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  • High data-rate inter-satellite link (ISL) for space-based interferometry

    Paper number



    Mr. Visweswaran Karunanithi, The Netherlands, Technical University of Delft/Innovative Solutions In Space.BV, Delft


    Dr. Raj Thilak Rajan, The Netherlands, Delft Institute Of Technology (TU Delft)


    Mr. Maneesh Kumar Verma, The Netherlands, Delft University of Technology (TU Delft), The Netherlands


    Dr. Prem Sundaramoorthy, The Netherlands, Eindhoven University of Technology


    Prof. Mark Bentum, The Netherlands, Eindhoven University of Technology


    Dr. Chris Verhoeven, The Netherlands, Delft University of Technology (TU Delft)


    Prof. E.W. McCune, United States, Delft University of Technology, The Netherlands



    Inter-satellite link (ISL) in swarm and constellation missions is a key enabler in the autonomy of the mission. OLFAR (Orbiting Low Frequency Array) is one such mission where 10+ nano-satellites are required in lunar orbit and perform radio astronomy from the far-side of the moon. Each of the nano-satellite in the swarm would carry a receiver that performs observations between 0.3 – 30 MHz, which are the least explored frequency bands in radio astronomy, thus attracting a large scientific interest. Observations in this frequency bands from Earth are highly challenging as the ionosphere is opaque to these frequency bands. Furthermore, RFI (Radio Frequency Interferences) generated on Earth makes it highly challenging to perform astronomical observations below 30MHz band. The challenges posed by Earth-based or near-Earth-based radio astronomy for these frequency bands is the motivation to perform measurements from the far-side of the moon.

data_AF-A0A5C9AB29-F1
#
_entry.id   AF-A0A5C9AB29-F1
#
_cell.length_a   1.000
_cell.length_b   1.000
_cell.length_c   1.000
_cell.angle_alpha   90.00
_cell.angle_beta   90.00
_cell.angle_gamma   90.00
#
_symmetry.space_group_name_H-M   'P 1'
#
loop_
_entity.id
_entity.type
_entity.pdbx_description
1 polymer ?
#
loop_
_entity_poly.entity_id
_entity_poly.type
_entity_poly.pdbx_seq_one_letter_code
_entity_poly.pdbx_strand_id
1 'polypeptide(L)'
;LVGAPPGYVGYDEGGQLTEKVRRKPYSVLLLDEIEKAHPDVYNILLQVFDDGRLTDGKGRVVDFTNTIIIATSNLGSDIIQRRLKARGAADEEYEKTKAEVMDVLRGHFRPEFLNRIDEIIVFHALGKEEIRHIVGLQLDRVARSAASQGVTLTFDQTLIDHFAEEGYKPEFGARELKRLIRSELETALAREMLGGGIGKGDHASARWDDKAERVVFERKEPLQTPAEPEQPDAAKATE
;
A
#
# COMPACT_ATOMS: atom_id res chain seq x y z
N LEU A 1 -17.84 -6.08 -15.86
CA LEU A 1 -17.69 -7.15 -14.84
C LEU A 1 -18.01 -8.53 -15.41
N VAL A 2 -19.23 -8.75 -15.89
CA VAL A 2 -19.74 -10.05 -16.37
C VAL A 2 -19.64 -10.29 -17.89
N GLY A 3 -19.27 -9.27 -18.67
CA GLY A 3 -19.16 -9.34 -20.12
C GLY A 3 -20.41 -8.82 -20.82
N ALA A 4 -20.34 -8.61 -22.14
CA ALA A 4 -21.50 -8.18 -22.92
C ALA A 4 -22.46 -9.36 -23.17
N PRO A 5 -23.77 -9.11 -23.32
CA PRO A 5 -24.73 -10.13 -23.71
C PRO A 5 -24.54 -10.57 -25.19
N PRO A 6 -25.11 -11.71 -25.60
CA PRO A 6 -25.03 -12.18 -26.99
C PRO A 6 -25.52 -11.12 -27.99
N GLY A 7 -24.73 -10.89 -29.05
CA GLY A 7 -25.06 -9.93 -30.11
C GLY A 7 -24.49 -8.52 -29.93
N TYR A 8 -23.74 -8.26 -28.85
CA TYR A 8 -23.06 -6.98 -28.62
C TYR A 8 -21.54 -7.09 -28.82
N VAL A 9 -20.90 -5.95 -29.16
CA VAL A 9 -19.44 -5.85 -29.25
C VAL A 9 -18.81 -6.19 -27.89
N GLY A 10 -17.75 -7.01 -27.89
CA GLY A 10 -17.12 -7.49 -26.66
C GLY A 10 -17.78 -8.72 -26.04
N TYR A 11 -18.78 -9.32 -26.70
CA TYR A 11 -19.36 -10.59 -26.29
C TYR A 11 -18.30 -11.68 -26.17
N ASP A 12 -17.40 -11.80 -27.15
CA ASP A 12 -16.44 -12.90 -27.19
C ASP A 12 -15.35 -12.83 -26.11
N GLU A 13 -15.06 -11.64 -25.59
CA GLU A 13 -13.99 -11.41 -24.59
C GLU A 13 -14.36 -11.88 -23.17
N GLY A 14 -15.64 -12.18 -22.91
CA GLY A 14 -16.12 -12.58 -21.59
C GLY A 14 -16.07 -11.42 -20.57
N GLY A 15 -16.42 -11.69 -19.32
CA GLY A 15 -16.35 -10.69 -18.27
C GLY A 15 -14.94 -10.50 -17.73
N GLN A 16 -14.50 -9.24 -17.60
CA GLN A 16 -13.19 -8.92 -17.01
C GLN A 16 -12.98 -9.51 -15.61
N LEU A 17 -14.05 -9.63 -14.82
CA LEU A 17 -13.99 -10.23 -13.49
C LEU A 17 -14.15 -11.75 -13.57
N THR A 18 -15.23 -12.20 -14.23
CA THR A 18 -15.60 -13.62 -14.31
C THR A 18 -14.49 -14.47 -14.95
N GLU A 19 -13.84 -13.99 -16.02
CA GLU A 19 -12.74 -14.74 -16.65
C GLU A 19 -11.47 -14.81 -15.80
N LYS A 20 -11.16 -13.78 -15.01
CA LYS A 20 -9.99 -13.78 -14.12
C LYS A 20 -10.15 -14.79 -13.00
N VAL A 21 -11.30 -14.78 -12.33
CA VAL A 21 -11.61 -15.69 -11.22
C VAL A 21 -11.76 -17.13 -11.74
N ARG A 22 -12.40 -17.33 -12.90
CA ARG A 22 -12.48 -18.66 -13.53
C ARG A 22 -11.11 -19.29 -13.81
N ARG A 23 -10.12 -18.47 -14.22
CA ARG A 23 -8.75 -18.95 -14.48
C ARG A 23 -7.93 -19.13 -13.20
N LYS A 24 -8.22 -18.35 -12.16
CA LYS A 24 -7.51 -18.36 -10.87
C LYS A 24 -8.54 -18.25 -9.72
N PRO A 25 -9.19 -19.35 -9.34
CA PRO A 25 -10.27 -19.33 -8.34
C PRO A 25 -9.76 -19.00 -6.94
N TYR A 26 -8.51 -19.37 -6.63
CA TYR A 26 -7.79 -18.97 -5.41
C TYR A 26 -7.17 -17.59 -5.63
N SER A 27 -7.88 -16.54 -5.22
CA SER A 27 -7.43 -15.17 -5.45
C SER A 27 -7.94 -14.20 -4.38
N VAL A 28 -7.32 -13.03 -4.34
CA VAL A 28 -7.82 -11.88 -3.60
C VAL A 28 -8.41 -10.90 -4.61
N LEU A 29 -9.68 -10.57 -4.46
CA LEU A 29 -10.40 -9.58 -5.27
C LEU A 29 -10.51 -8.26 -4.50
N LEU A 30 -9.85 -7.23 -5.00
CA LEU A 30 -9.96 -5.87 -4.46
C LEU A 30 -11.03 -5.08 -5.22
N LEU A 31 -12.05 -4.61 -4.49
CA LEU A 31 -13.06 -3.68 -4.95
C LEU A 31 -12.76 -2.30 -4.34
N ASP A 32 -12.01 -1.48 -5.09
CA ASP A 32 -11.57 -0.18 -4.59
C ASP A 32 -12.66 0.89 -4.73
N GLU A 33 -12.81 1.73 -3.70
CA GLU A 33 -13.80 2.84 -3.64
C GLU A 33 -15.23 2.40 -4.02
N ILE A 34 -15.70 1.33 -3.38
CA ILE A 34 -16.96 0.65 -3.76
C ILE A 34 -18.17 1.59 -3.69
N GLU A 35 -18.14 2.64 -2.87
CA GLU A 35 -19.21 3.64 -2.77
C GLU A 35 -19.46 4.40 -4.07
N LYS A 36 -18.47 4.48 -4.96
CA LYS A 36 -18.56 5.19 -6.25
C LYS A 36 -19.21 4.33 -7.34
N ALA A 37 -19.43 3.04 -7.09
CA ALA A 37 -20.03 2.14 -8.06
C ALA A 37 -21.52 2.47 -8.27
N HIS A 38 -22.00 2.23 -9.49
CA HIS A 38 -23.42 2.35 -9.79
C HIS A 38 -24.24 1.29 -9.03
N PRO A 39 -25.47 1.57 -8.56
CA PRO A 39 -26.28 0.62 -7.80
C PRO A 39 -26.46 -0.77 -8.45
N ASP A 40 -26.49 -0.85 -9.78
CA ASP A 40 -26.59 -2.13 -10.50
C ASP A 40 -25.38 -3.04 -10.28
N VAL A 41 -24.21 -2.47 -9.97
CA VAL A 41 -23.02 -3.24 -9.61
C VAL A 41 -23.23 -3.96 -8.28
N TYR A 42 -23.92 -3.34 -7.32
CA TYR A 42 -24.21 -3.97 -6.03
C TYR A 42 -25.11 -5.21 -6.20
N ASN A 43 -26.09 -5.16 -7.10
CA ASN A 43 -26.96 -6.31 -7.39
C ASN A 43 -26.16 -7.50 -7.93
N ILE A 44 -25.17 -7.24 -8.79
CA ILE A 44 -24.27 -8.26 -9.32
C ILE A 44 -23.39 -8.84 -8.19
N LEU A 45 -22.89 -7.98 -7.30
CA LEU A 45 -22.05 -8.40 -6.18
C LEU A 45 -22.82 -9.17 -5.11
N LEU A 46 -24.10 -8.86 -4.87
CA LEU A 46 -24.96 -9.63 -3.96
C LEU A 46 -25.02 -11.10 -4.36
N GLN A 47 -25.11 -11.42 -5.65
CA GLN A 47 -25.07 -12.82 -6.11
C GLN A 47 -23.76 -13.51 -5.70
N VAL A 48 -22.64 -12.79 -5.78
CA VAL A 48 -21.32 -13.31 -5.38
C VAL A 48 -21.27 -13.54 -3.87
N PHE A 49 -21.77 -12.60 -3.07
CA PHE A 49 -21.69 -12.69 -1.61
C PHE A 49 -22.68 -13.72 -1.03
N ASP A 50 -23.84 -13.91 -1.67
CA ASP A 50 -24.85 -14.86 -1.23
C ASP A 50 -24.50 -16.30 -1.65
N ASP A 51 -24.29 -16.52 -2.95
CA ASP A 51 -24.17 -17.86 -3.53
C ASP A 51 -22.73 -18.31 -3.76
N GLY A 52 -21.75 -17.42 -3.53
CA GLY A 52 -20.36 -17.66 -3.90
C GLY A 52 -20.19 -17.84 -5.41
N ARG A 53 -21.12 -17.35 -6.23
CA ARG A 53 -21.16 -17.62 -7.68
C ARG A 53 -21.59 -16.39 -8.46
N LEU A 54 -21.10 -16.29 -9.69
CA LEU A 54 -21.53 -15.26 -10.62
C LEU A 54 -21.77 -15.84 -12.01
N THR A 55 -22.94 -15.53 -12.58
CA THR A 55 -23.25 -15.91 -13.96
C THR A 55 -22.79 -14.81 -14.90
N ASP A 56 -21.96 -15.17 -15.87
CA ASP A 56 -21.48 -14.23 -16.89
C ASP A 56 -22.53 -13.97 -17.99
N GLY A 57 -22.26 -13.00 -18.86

The purpose of using a swarm of nano-satellites to perform low frequency observations is because the effective aperture of observation increases with the number of satellites. For the swarm of nano-satellites to operate as a single aperture, it is very important to cross-correlate the information collected by each satellite and this is where ISL become very crucial. Apart from exchanging data collected by the payload, other information such as attitude and timing information needs to be exchanged.
    This work elaborates on the science cases that OLFAR mission will focus on and derive mission level requirements which would be used to define a suitable communication architecture. The approach chosen for communication system for such a swarm mission will comprise of two types of ISL: High data-rate directional link that will be used to exchange payload date and Low data-rate omni-directional link that will be used to exchange attitude, timing information and be used for localization, positioning and ranging of the nano-satellites in the swarm. This work will present link budgets to show the feasibility of the proposed communication architecture and derive the specs to further design the transceivers.
    Abstract document


    Manuscript document

    IAC-19,B2,7,5,x54338.pdf (🔒 authorized access only).

    To get the manuscript, please contact IAF Secretariat.